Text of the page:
By Robert Seawright, Proprietor, Above the Market
It’s part of the gig. A Wall Street strategist, economist or even a run-of-the-mill investment manager gets a crack on financial television and is asked about his or her forecast for the market. Instead of wisely objecting to the premise of the question, the poor schlemiel answers and, once matters play out, is shown to have been less than prescient (even though the forecast is likely forgotten). Indeed, one forecast that is almost certain to be correct is that market forecasts are almost certain to be wrong.
The delightful old Mel Brooks/Buck Henry spy satire Get Smart, which was on television from 1965-70, included a number of funny catch-phrases uttered by Don Adams as agent Maxwell Smart (played by Steve Carell in the movie). One of them was the following, offered when Max had, yet again and like our fearless forecasters, screwed up.
So, as year-end approaches, let’s take a look at how much “this much” is — how badly various Wall Street market forecasts missed it with their prognostications for the S&P 500 in 2013. The chart below tracks their “achievements,” noting by how much they missed (using firm forecasts from the beginning of 2013).
Firm / S&P 500 Target / Missed it by this much (%, as of 12.10.2013)
- Wells Fargo / 1,390 / 29.7%
- UBS / 1,425 / 26.5%
- Morgan Stanley / 1,434 / 25.7%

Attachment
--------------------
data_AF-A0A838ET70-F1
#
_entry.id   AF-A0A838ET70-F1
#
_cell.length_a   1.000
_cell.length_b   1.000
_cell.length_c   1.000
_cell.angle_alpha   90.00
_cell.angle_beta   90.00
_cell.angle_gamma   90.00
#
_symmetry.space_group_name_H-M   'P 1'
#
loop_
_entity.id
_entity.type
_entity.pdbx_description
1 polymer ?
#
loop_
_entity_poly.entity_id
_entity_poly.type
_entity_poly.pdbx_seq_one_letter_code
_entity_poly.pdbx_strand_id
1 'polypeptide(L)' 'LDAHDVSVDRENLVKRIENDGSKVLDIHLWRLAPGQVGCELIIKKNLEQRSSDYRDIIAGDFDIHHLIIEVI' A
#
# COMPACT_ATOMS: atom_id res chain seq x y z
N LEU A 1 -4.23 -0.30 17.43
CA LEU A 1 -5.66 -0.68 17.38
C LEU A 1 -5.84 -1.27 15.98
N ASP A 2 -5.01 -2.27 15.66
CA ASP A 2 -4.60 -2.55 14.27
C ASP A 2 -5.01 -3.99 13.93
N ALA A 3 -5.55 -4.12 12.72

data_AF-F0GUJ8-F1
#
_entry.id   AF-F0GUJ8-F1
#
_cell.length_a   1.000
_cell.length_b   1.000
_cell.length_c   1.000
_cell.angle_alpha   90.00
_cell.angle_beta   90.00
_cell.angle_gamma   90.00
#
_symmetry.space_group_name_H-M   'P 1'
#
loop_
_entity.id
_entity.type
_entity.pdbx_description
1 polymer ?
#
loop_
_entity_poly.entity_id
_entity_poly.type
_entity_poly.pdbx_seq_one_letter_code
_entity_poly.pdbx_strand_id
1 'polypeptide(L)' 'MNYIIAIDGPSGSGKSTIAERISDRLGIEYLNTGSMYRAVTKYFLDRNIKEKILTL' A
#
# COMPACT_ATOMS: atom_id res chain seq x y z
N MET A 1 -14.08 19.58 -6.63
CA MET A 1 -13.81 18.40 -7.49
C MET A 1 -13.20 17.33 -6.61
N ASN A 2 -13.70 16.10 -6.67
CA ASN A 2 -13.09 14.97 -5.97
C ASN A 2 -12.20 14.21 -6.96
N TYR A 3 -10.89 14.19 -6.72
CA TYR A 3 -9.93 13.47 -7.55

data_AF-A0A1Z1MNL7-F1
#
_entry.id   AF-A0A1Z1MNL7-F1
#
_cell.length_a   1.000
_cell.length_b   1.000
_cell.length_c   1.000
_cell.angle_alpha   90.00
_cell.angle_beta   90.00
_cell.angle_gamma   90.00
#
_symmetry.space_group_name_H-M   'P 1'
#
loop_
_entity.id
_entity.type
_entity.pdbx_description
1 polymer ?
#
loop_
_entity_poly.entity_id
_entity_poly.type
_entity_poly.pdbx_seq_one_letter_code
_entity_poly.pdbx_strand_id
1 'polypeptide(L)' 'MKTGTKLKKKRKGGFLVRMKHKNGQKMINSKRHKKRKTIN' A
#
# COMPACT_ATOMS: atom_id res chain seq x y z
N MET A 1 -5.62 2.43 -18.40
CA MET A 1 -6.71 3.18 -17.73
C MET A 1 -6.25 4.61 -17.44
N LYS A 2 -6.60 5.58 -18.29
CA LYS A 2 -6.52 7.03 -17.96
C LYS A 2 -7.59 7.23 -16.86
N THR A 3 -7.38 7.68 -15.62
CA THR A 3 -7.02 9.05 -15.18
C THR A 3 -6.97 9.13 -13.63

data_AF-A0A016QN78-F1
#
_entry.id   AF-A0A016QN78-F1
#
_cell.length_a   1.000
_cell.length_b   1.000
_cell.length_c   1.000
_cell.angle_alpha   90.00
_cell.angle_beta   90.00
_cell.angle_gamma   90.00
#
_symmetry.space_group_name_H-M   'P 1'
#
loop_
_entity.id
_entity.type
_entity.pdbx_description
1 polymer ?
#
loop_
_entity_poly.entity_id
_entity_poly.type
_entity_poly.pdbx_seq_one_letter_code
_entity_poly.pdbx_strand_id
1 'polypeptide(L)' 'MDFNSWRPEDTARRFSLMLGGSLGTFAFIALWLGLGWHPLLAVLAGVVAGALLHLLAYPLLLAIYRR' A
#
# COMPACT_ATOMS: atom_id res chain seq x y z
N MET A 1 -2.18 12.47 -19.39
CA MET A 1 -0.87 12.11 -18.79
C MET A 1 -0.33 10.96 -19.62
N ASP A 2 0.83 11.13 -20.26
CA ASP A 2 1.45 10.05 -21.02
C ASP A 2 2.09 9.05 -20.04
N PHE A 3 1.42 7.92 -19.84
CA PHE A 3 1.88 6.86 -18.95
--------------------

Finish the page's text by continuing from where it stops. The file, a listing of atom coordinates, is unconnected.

- Deutsche Bank / 1,500 / 20.2%
- Barclays / 1,525 / 18.2%
- Credit Suisse / 1,550 / 16.3%
- HSBC / 1,560 / 15.6%
- Jefferies / 1,565 / 15.2%
- Goldman Sachs / 1,575 / 14.5%
- BMO Capital / 1,575 / 14.5%
- JP Morgan / 1,580 / 14.1%
- Oppenheimer / 1,585 / 13.8%
- BofA Merrill Lynch / 1,600 / 12.7%
- Citi / 1,615 / 11.6%
- AVERAGE / 1,534 / 17.5%
- MEDIAN / 1,560 / 15.6%
In other words, they all missed by miles (short of a major market correction over the next 14 trading days). Nobody was remotely close.
It’s no wonder then that Nassim Taleb tells this sardonic story about forecasting. As the story goes, a trader listened to the firm’s chief economist provide a forecast about the markets, and then lost a bundle acting on it. His boss then fired him. The trader angrily asked why him rather than the economist, as the economist’s poor forecast led to the poor trade. The boss replied, “You idiot, we are not firing you for losing money; we are firing you for listening to the economist.” Interestingly, there is very good evidence that Wall Street firms really do think that such forecasting is essentially worthless (they keep those ideas to themselves, of course).
To be fair, these dreadful results aren’t at all unusual. Market forecasting has a long and ignominious history. For example, Zero Hedge provided an interesting list of economic forecasting failures yesterday here.
Did you have a comment or question about this post, finance, economics or your love life? Feel free to use the discussion forum here to continue the discussion.*
*We take no responsibility for bad relationship advice.